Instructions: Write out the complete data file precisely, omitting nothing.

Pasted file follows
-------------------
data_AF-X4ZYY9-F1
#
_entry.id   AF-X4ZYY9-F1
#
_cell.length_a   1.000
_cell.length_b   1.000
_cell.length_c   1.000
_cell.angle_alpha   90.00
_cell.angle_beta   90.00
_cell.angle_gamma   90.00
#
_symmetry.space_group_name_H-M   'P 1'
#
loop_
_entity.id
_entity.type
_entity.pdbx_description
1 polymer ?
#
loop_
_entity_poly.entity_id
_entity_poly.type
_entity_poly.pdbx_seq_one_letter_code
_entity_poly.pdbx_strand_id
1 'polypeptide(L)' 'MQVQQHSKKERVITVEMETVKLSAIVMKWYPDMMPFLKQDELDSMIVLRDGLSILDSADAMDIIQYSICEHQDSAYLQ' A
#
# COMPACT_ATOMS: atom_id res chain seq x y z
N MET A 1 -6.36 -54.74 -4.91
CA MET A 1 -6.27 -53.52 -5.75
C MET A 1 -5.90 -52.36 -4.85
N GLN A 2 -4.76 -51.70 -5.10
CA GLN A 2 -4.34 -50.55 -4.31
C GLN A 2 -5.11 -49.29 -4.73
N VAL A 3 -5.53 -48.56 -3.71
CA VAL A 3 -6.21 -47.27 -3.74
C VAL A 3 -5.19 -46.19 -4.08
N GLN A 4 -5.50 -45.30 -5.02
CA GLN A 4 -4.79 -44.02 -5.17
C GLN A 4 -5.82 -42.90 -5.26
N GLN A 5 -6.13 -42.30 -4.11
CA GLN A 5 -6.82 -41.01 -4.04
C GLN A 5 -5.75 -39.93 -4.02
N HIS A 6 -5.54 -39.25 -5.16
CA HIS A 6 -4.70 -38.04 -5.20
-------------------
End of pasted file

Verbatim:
data_AF-X4ZYY9-F1
#
_entry.id   AF-X4ZYY9-F1
#
_cell.length_a   1.000
_cell.length_b   1.000
_cell.length_c   1.000
_cell.angle_alpha   90.00
_cell.angle_beta   90.00
_cell.angle_gamma   90.00
#
_symmetry.space_group_name_H-M   'P 1'
#
loop_
_entity.id
_entity.type
_entity.pdbx_description
1 polymer ?
#
loop_
_entity_poly.entity_id
_entity_poly.type
_entity_poly.pdbx_seq_one_letter_code
_entity_poly.pdbx_strand_id
1 'polypeptide(L)' 'MQVQQHSKKERVITVEMETVKLSAIVMKWYPDMMPFLKQDELDSMIVLRDGLSILDSADAMDIIQYSICEHQDSAYLQ' A
#
# COMPACT_ATOMS: atom_id res chain seq x y z
N MET A 1 -6.36 -54.74 -4.91
CA MET A 1 -6.27 -53.52 -5.75
C MET A 1 -5.90 -52.36 -4.85
N GLN A 2 -4.76 -51.70 -5.10
CA GLN A 2 -4.34 -50.55 -4.31
C GLN A 2 -5.11 -49.29 -4.73
N VAL A 3 -5.53 -48.56 -3.71
CA VAL A 3 -6.21 -47.27 -3.74
C VAL A 3 -5.19 -46.19 -4.08
N GLN A 4 -5.50 -45.30 -5.02
CA GLN A 4 -4.79 -44.02 -5.17
C GLN A 4 -5.82 -42.90 -5.26
N GLN A 5 -6.13 -42.30 -4.11
CA GLN A 5 -6.82 -41.01 -4.04
C GLN A 5 -5.75 -39.93 -4.02
N HIS A 6 -5.54 -39.25 -5.16
CA HIS A 6 -4.70 -38.04 -5.20